A Yurt, a bass, and the hard sell

A Yurt, a bass, and the hard sell

I’m on vacation this week, or as they call it these days “staycation” because we aren’t going anywhere special, and on Monday because of the rain, I proposed a family outing to Bass Pro Shop.

I didn’t intend to buy anything, but I’d been to the new one over at Patriot Place (near the New England Patriots’ stadium) with my brother last year. The place is gigantic and they have all kinds of stuffed animals and a big tank of fish and turtles. I knew the girls would go crazy for the place and I was right. Isabella just loved the fish and turtles and the “animal statues”. I didn’t think the time was right to educate my four-year-old on the disturbing truth of taxidermy. Meanwhile, Sophia surprised me with her love of the boats. She want to climb inside the fishing boats and once inside wouldn’t leave. She just sat at the helm, holding the wheel, a self-satisfied grin on her face. I’m not sure why she was so enamored of the boats, but she must take after her father.

After lunch in the little bar and grille, we continued our meandering. At one point a salesman standing at a display said something to draw me into a conversation and encouraged me to sign up for a drawing to win a $25,000 shopping spree at Bass Pro. I know it’s a marketing ploy to get my name and address, but I said, why not?

As I filled out the form, the guy asked me if I knew what a yurt is.

I said, “Sure, it’s a kind of tent.”

That surprised him. “Nobody ever knows what a yurt is.”

“Really?” I said. And then warming up, “They’re mainly found in Central Asia and are round with straight sides…” At this point, Melanie interrupted my Cliff Clavin impersonation, allowing the salesman to continue his pitch.

He pulled out a glossy brochure depicting some luxurious yurts at some resort in Virginia, near Williamsburg. Evidently, Bass Pro either operates or licenses a vacation resort club of some sort and this was their marketing technique.

I have to admit the yurts looked comfortable and fun. If we were the sort of folks who could afford such vacations, I’d be interested. And then came the heart of the pitch:

“Now today, we’re offering four days and three nights at this resort for just $199. That’s not per person, but for the entire 7-person vacation yurt.” I’m pretty sure he didn’t call it a vacation yurt, but I forget what euphemism he used.

I have to admit that this was a pretty tempting deal. Two hundreds for the whole family for four days and three nights anywhere is a pretty good deal. On the other hand, that doesn’t include the cost of driving to Virginia and the other incidental costs. Moreover, I’m not one to fork over cash for an unexpected offer, deal or no deal, on the spot. It’s not in my nature to buy impulsively. Act impulsively in other areas? sometimes; Obsess over something once I’ve decided I want it? Definitely. But I won’t buy without thinking about it first.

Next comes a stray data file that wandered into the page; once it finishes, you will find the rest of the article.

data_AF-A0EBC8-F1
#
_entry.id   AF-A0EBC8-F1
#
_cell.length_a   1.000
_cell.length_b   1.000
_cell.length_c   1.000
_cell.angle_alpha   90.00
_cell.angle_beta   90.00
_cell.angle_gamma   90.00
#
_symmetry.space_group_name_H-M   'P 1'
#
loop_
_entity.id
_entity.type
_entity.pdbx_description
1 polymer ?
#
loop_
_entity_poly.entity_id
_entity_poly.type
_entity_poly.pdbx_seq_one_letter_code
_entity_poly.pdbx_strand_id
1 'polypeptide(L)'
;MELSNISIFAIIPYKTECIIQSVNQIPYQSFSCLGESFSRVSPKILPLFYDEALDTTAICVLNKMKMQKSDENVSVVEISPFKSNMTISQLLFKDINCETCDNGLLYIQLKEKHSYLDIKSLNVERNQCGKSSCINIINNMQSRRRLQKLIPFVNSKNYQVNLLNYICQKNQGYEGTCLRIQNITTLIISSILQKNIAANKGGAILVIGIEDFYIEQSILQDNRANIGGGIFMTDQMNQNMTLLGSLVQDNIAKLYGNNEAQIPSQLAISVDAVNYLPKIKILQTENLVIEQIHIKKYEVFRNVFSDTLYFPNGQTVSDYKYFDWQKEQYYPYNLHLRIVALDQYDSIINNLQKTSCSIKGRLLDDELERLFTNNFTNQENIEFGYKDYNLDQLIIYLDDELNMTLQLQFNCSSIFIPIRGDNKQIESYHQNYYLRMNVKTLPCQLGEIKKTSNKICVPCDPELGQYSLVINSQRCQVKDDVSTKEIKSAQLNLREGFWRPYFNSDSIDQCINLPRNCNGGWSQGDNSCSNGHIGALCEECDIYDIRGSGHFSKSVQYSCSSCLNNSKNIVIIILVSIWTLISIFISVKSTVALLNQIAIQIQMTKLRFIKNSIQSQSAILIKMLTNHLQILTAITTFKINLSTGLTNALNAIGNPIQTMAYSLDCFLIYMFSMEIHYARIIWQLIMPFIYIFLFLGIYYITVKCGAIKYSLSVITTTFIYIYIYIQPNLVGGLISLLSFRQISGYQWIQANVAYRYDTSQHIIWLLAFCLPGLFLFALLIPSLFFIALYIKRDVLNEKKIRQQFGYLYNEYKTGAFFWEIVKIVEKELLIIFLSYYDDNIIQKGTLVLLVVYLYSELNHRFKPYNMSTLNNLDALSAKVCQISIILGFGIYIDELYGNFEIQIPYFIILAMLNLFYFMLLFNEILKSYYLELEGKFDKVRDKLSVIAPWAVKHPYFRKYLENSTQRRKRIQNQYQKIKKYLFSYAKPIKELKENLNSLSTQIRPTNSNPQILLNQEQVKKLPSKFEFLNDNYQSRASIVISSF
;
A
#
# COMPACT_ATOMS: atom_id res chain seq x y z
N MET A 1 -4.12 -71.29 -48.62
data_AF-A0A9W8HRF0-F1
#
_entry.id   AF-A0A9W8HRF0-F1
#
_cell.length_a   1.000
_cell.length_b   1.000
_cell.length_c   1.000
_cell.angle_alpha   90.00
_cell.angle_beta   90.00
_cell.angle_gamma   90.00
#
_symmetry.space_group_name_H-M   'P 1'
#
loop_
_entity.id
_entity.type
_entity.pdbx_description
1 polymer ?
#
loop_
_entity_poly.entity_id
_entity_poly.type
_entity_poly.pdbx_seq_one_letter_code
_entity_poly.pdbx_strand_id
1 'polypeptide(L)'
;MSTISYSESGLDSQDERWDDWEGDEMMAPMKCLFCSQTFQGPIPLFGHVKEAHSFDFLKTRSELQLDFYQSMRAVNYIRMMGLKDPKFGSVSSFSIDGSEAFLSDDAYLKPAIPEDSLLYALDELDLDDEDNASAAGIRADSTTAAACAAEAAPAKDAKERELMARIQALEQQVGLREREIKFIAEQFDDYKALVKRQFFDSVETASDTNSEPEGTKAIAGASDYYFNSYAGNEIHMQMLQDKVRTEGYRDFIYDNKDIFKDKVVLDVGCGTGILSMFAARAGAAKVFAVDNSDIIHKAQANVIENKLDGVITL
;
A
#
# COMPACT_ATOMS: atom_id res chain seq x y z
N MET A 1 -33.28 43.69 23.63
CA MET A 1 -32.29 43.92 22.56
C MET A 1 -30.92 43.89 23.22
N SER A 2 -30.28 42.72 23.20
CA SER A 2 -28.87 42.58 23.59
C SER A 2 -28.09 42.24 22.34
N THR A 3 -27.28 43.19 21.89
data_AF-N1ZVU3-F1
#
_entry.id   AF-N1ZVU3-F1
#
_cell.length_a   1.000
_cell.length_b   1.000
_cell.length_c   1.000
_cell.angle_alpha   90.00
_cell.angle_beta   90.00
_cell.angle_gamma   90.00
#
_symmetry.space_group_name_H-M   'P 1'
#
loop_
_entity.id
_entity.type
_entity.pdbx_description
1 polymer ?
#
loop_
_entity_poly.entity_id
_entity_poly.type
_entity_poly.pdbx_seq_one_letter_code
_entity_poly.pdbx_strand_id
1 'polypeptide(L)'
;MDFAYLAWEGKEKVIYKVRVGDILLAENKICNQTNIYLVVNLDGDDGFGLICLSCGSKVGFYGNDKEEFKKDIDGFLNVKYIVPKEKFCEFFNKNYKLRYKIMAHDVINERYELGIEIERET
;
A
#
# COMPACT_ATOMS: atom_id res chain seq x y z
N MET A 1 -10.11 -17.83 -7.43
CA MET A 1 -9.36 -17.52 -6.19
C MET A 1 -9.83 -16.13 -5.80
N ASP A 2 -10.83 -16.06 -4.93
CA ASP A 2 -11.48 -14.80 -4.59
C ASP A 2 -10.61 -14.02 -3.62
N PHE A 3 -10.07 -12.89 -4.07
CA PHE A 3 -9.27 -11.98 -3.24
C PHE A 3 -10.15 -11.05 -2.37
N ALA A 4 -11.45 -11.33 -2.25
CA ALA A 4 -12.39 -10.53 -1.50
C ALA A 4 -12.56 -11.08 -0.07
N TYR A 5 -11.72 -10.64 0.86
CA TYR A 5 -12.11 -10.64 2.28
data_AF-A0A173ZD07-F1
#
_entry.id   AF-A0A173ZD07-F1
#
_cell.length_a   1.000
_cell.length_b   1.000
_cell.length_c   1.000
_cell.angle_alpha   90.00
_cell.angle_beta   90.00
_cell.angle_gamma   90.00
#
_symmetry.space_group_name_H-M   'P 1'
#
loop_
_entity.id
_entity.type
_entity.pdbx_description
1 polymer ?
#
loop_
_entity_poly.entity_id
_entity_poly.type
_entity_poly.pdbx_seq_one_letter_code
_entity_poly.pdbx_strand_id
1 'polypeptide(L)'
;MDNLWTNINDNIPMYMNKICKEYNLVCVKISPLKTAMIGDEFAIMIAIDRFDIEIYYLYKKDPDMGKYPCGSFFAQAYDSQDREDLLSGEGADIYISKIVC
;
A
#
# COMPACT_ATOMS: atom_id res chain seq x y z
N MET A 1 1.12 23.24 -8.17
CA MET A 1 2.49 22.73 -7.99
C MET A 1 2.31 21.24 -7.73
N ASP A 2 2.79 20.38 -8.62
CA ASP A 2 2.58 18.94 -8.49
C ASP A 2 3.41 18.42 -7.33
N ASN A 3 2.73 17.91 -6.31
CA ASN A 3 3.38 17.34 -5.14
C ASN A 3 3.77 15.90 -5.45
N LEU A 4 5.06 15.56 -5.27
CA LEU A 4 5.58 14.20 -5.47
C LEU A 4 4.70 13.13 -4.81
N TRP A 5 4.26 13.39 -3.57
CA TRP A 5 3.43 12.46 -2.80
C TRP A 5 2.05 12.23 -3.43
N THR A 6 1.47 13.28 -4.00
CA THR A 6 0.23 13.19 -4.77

Salesmen don’t like people like me. They rely on people making snap decisions under pressure and being too polite to simply walk away. Frankly, I was being too polite to walk away either. But I wasn’t buying.

“You don’t have to make a decision now,” he said smoothly, anticipating my line of dignified retreat. “You put down $99 now and then you have a year to discuss this with your wife and decide which of these resorts you’d like to go to and when.”

Yeah, except that $99 down payment is a decision in itself, isn’t it? If we decided we didn’t want to go after all, how easy would it be to get that $99 back? I’m guessing not easy at all. It’s a creepy sort of sales tactic, anticipating the objection by redefining it so that it isn’t. That’s when the nice exchange turned into a hard sell and I decided I wasn’t interested in staying, dignified retreat or not.

“Thanks, we’ll still have to think about it. If we’re interested, we’ll come back.” And then I moved off without giving him time to tell me that it was a limited time offer or engage me in more banter he thought would lower my resistance but would only serve to annoy me further.

In any case, I’m sure I’ll be hearing from him soon. He does have my sweepstakes entry after all. Oh well.


  • There are some state parks that have yurts you can rent out if you’re interested in staying in one.  No pressure, I don’t get any kick backs from Deval!

  • Dom:

    Just think.  You worked essentially for a sales organization when you worked for Scot Landry.  Of course, it was a Catholic NFP, but a sales organization, none the less.

    As we like to say… A “no” isn’t “never”, and “never” doesn’t mean “forever”.

    Your sales guy played his next card too early, dropping to $99.00. He should have shut up and waited for you to walk away, or say you weren’t interested, before resorting to “Plan B”.

    My guess is you will be “Yurting it” soon enough.